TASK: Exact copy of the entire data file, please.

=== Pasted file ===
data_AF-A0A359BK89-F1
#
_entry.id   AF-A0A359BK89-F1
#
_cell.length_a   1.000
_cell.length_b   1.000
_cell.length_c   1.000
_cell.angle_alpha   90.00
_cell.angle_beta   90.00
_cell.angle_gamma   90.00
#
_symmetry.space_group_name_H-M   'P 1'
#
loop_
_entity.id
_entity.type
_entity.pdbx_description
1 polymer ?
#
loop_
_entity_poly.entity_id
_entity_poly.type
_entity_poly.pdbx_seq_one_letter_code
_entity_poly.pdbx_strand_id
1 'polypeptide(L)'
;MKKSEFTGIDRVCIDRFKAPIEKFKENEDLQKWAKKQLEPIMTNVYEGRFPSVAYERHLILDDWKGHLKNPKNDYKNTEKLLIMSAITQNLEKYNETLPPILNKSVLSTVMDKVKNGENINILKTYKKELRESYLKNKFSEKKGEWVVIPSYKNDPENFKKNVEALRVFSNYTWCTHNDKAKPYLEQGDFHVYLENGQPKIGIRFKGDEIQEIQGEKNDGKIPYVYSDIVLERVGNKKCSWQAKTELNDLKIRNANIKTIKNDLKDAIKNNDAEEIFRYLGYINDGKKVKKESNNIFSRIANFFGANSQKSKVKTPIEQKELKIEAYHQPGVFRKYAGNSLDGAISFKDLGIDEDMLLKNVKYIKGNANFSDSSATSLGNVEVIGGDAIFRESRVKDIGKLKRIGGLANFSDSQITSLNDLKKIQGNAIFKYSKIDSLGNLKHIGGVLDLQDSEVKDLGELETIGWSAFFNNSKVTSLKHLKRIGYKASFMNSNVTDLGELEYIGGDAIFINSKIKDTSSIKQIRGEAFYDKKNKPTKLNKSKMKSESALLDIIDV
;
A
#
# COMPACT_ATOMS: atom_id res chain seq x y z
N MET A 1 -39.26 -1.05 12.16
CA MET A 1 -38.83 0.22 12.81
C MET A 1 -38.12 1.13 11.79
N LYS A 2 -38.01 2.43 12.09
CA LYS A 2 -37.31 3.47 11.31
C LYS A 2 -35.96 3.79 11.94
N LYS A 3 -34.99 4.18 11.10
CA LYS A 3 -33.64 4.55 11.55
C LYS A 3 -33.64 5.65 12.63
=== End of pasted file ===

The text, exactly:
data_AF-A0A359BK89-F1
#
_entry.id   AF-A0A359BK89-F1
#
_cell.length_a   1.000
_cell.length_b   1.000
_cell.length_c   1.000
_cell.angle_alpha   90.00
_cell.angle_beta   90.00
_cell.angle_gamma   90.00
#
_symmetry.space_group_name_H-M   'P 1'
#
loop_
_entity.id
_entity.type
_entity.pdbx_description
1 polymer ?
#
loop_
_entity_poly.entity_id
_entity_poly.type
_entity_poly.pdbx_seq_one_letter_code
_entity_poly.pdbx_strand_id
1 'polypeptide(L)'
;MKKSEFTGIDRVCIDRFKAPIEKFKENEDLQKWAKKQLEPIMTNVYEGRFPSVAYERHLILDDWKGHLKNPKNDYKNTEKLLIMSAITQNLEKYNETLPPILNKSVLSTVMDKVKNGENINILKTYKKELRESYLKNKFSEKKGEWVVIPSYKNDPENFKKNVEALRVFSNYTWCTHNDKAKPYLEQGDFHVYLENGQPKIGIRFKGDEIQEIQGEKNDGKIPYVYSDIVLERVGNKKCSWQAKTELNDLKIRNANIKTIKNDLKDAIKNNDAEEIFRYLGYINDGKKVKKESNNIFSRIANFFGANSQKSKVKTPIEQKELKIEAYHQPGVFRKYAGNSLDGAISFKDLGIDEDMLLKNVKYIKGNANFSDSSATSLGNVEVIGGDAIFRESRVKDIGKLKRIGGLANFSDSQITSLNDLKKIQGNAIFKYSKIDSLGNLKHIGGVLDLQDSEVKDLGELETIGWSAFFNNSKVTSLKHLKRIGYKASFMNSNVTDLGELEYIGGDAIFINSKIKDTSSIKQIRGEAFYDKKNKPTKLNKSKMKSESALLDIIDV
;
A
#
# COMPACT_ATOMS: atom_id res chain seq x y z
N MET A 1 -39.26 -1.05 12.16
CA MET A 1 -38.83 0.22 12.81
C MET A 1 -38.12 1.13 11.79
N LYS A 2 -38.01 2.43 12.09
CA LYS A 2 -37.31 3.47 11.31
C LYS A 2 -35.96 3.79 11.94
N LYS A 3 -34.99 4.18 11.10
CA LYS A 3 -33.64 4.55 11.55
C LYS A 3 -33.64 5.65 12.63